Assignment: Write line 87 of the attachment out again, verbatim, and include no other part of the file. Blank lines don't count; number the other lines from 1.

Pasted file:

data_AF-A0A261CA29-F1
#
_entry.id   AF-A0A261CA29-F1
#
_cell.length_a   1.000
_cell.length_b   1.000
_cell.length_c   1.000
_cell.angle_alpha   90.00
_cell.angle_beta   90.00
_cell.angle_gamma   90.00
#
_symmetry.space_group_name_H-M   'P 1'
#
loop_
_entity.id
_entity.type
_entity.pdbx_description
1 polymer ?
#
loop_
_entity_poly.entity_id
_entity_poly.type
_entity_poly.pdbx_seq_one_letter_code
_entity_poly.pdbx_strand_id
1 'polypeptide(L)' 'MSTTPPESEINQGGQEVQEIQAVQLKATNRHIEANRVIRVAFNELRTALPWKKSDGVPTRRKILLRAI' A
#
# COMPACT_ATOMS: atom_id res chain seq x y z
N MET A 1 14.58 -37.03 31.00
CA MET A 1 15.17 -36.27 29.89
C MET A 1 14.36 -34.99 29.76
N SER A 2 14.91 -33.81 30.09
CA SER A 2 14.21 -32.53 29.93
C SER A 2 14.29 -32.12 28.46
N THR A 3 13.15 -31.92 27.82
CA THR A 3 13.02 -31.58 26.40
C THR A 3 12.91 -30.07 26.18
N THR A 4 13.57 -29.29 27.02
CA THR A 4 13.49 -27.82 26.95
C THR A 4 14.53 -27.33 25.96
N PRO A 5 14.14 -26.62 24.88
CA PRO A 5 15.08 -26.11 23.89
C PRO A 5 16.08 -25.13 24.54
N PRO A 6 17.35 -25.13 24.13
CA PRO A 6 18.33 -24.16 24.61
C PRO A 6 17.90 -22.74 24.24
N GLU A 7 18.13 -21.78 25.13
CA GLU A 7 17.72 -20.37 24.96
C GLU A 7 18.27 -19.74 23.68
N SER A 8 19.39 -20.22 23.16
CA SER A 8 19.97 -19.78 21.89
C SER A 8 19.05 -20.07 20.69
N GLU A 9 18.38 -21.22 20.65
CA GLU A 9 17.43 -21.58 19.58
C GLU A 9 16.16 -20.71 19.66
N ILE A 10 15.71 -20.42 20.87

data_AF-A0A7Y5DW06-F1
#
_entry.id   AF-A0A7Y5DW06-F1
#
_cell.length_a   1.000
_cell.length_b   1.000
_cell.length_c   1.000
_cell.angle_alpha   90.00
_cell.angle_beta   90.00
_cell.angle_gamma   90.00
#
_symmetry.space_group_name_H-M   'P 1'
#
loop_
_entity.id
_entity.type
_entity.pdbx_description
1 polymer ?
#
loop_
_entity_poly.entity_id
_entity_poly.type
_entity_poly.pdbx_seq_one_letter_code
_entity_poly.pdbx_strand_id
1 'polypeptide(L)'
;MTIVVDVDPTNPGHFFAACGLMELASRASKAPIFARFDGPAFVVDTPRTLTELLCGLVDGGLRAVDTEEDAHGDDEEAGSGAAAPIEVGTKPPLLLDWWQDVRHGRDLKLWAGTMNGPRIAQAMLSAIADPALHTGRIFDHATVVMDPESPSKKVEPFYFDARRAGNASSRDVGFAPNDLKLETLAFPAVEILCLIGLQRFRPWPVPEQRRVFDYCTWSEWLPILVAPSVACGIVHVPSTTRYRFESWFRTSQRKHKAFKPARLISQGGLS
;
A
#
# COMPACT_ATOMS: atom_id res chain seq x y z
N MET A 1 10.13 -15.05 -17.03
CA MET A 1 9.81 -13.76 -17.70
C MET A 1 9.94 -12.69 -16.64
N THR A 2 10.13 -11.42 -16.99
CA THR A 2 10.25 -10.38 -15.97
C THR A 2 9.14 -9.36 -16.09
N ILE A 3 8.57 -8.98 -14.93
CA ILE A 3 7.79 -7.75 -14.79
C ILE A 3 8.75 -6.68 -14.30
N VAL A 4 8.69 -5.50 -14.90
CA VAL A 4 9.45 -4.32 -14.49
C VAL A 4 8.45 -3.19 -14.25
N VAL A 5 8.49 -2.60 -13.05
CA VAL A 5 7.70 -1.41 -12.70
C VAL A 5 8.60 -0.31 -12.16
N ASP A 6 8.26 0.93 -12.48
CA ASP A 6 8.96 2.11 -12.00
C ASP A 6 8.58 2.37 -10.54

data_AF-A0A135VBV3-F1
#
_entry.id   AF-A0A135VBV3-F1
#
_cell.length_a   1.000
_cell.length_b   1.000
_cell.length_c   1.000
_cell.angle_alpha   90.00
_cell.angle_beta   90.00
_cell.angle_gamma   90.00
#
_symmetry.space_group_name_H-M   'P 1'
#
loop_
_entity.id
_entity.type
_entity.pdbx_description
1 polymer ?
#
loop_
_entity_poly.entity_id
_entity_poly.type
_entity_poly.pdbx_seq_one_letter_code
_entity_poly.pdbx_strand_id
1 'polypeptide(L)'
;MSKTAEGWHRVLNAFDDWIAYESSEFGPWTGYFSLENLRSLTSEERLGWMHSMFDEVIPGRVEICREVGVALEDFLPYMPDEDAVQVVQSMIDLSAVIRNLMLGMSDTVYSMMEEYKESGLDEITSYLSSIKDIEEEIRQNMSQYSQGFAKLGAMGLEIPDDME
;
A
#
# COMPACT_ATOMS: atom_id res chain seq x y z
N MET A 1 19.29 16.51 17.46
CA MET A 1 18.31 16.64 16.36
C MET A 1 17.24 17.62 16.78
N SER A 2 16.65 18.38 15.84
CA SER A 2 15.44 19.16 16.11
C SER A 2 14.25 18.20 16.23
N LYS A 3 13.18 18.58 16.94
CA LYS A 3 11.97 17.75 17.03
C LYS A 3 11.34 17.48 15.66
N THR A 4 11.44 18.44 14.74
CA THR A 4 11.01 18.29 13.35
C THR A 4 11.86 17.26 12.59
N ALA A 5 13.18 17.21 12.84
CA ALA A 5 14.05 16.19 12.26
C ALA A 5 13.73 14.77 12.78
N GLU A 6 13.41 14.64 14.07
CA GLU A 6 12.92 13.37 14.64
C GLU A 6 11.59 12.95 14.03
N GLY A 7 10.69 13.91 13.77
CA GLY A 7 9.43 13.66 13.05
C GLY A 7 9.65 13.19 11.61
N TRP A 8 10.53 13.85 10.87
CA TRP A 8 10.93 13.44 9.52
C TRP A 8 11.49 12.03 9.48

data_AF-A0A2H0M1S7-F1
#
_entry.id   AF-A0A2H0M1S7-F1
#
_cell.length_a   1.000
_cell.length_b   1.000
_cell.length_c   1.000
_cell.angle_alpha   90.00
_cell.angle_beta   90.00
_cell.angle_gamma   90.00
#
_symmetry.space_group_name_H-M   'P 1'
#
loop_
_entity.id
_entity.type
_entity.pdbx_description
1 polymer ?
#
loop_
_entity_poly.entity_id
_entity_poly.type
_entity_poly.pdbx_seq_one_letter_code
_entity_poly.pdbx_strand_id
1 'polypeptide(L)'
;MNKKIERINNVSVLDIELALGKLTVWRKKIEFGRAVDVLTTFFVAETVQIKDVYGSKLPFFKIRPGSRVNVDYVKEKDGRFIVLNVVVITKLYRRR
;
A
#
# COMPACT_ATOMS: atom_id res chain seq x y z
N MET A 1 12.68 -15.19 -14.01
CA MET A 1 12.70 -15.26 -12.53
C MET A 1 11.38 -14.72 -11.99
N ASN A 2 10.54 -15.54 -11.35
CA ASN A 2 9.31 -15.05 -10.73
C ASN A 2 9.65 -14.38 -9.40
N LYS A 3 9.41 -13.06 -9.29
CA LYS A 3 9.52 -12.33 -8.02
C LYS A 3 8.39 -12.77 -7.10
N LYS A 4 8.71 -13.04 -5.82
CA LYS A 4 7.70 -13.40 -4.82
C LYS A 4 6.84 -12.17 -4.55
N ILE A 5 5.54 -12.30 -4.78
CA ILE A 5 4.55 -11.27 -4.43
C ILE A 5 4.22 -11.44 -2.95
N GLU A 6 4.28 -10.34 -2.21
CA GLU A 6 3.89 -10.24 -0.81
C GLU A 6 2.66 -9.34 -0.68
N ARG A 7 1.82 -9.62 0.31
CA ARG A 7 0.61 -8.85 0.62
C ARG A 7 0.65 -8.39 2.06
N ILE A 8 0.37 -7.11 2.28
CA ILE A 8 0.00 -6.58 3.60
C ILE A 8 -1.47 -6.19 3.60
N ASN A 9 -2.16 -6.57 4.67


CA MET A 1 9.81 -13.76 -17.70